In Certification, Junos on October 13, 2015 at 19:32
It is finally official, Juniper has extended their certification expiration from two years to three years.
Originally Juniper certifications where active for 2 years, and then you had 1 year after that to renew. If you did not re-certify prior to the 2–year anniversary, you went into an inactive status for a year with your certification. Then if you did not renew within that two years, your certification became expired and you would have to take the test(s) again to regain that certification. What Juniper has now done is give you three years of active status, and you need to re-certify prior to the 3rd year anniversary – there is no more inactive status. While this does alleviate much pressure on candidates (it can be hard to re-certify every certification every two years), it also means that the motivation factor of “inactive” status is gone.
I just logged into my CertManager portal page to check on my certifications as I know I had one that was in inactive status. It is now active, but now shows Expiring. At least that tells you that you need to re certify soon! Luckily they do also list the date of the Expiration on the page, so you know your drop-dead deadline.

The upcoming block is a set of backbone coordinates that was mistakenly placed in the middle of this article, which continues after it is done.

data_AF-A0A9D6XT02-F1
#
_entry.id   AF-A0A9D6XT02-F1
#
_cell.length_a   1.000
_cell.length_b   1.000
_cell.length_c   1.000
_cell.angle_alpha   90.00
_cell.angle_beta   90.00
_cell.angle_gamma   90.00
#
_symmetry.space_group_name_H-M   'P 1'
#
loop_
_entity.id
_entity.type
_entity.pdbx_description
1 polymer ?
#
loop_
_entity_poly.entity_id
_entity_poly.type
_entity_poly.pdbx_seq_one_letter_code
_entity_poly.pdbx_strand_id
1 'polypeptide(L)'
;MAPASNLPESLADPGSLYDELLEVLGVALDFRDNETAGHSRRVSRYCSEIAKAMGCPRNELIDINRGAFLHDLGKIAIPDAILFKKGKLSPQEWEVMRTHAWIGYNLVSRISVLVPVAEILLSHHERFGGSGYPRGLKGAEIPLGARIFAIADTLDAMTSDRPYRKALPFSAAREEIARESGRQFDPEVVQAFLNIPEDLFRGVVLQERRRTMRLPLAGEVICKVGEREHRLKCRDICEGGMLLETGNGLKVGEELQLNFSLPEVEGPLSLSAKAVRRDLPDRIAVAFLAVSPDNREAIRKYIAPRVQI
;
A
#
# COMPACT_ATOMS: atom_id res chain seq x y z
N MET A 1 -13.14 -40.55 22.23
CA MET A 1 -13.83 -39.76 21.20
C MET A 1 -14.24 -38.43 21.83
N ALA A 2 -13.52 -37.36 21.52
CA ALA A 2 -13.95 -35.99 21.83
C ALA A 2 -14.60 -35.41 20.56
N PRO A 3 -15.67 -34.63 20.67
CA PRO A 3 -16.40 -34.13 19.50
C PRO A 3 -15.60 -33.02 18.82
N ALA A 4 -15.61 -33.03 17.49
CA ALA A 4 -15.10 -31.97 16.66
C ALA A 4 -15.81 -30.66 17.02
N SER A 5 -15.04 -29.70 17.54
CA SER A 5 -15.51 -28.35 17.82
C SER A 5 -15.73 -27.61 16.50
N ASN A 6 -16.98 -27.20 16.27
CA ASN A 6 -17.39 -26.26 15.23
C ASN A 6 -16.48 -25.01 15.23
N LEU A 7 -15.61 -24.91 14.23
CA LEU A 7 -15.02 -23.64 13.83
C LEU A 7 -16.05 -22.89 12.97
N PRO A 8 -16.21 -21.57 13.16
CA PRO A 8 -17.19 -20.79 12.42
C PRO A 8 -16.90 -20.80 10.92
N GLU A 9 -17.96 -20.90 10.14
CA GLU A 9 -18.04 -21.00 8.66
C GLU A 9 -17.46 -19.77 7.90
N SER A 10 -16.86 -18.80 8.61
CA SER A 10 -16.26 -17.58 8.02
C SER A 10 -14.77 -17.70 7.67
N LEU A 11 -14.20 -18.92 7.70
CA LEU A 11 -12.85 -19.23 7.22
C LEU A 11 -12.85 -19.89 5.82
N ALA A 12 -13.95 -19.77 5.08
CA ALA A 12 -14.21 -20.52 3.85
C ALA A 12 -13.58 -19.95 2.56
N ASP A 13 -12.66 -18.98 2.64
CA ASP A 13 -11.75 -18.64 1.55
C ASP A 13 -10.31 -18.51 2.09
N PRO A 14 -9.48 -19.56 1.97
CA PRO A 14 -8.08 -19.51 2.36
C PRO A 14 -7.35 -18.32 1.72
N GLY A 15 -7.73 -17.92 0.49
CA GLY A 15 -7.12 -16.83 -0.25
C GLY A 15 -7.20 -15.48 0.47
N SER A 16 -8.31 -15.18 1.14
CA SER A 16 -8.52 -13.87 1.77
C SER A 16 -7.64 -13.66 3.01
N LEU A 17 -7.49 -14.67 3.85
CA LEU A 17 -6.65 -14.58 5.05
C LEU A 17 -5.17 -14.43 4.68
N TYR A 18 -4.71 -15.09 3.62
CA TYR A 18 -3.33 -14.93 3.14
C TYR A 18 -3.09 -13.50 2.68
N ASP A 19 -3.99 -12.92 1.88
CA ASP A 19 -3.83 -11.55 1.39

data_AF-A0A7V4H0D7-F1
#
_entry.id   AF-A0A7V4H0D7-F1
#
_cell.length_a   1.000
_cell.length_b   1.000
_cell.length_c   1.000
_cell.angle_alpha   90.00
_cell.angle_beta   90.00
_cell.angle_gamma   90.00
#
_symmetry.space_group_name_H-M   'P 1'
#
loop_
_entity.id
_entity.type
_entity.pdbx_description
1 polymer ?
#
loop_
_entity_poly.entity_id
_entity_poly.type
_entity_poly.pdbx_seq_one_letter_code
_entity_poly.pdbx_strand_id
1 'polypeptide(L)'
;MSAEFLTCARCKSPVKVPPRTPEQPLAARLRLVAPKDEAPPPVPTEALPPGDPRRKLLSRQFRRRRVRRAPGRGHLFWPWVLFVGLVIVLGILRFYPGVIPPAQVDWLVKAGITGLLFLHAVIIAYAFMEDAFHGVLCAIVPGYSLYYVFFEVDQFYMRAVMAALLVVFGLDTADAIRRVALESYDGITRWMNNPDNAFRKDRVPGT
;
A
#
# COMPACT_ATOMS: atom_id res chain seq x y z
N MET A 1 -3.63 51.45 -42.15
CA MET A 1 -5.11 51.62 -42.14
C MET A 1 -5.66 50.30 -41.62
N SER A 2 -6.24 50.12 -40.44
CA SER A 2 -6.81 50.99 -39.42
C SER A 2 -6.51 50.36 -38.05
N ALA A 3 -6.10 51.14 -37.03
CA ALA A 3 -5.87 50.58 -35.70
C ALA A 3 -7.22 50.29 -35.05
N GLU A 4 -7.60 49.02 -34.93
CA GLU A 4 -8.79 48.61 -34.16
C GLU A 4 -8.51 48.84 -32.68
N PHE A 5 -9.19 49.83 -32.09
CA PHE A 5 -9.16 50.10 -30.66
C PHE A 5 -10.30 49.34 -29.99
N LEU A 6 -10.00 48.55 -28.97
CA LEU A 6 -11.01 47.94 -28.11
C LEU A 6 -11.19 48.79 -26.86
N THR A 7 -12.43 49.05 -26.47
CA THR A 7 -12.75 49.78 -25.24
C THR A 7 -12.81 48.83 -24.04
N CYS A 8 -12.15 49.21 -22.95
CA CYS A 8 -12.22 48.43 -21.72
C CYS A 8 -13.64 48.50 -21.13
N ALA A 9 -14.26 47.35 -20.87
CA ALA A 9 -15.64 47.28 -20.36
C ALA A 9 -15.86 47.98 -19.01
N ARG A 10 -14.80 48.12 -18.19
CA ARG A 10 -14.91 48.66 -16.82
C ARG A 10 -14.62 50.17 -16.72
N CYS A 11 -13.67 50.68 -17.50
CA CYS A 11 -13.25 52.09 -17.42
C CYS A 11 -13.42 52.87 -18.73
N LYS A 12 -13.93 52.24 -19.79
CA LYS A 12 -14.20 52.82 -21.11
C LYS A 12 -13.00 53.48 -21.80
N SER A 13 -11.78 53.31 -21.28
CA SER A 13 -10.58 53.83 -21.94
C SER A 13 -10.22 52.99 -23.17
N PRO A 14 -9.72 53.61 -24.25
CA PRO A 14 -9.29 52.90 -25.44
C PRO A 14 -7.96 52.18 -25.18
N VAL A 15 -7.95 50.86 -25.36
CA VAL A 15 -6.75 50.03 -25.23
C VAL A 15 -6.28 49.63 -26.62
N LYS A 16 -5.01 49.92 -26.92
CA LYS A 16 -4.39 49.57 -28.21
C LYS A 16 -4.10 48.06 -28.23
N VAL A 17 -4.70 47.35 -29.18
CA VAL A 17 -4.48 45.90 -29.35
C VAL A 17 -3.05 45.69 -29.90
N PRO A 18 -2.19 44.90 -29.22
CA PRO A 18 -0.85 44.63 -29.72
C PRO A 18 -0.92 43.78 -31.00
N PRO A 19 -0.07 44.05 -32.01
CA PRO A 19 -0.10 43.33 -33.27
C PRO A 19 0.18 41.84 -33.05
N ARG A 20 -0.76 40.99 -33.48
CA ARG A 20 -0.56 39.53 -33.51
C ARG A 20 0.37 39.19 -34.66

If you have a Juniper certification and want to check its status, you can do that by going to their CertManager page.
You can see the announcement at the following link:
In Uncategorized on October 6, 2015 at 15:03
Coming this November, Juniper has finally jumped into the Customer Summit bandwagon. This is something that has been asked for for many years now, a way for Juniper customers and advocates to get together and talk Juniper. This event will allow you to connect with your peers in the industry, meet current and potential new customers, and connect with Juniper leadership. Some of the primary topics of the inaugural event this year is:
- Network Functions Virtualization (NFV)
- Software-Defined Networking (SDN)
- Cloud-Enabled Enterprise
- Secure Networking
- Data Center Virtualization
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In Junos on August 7, 2014 at 13:17
I recently purchased a Juniper J2320 from eBay for a fair price. I know it is an older router, but it has the features I need in order to test and write a few things. When I received the router it was not sent with a wiped config, so I was unable to log into it upon booting.
Since I need to recover the device, figured might as well write and share how to do it!
Obviously the first thing you will need will be a Serial connection to the device. I am assuming you have a USB -> Serial adapter, if not this is the one I have and I got it from Amazon here LINK.
1. Make sure the power to the device is turned off. If it is turned on, please use the power button to force the system to shut down cleanly. If you do not do this and just yank the power, you risk corrupting the OS and having more fun later.
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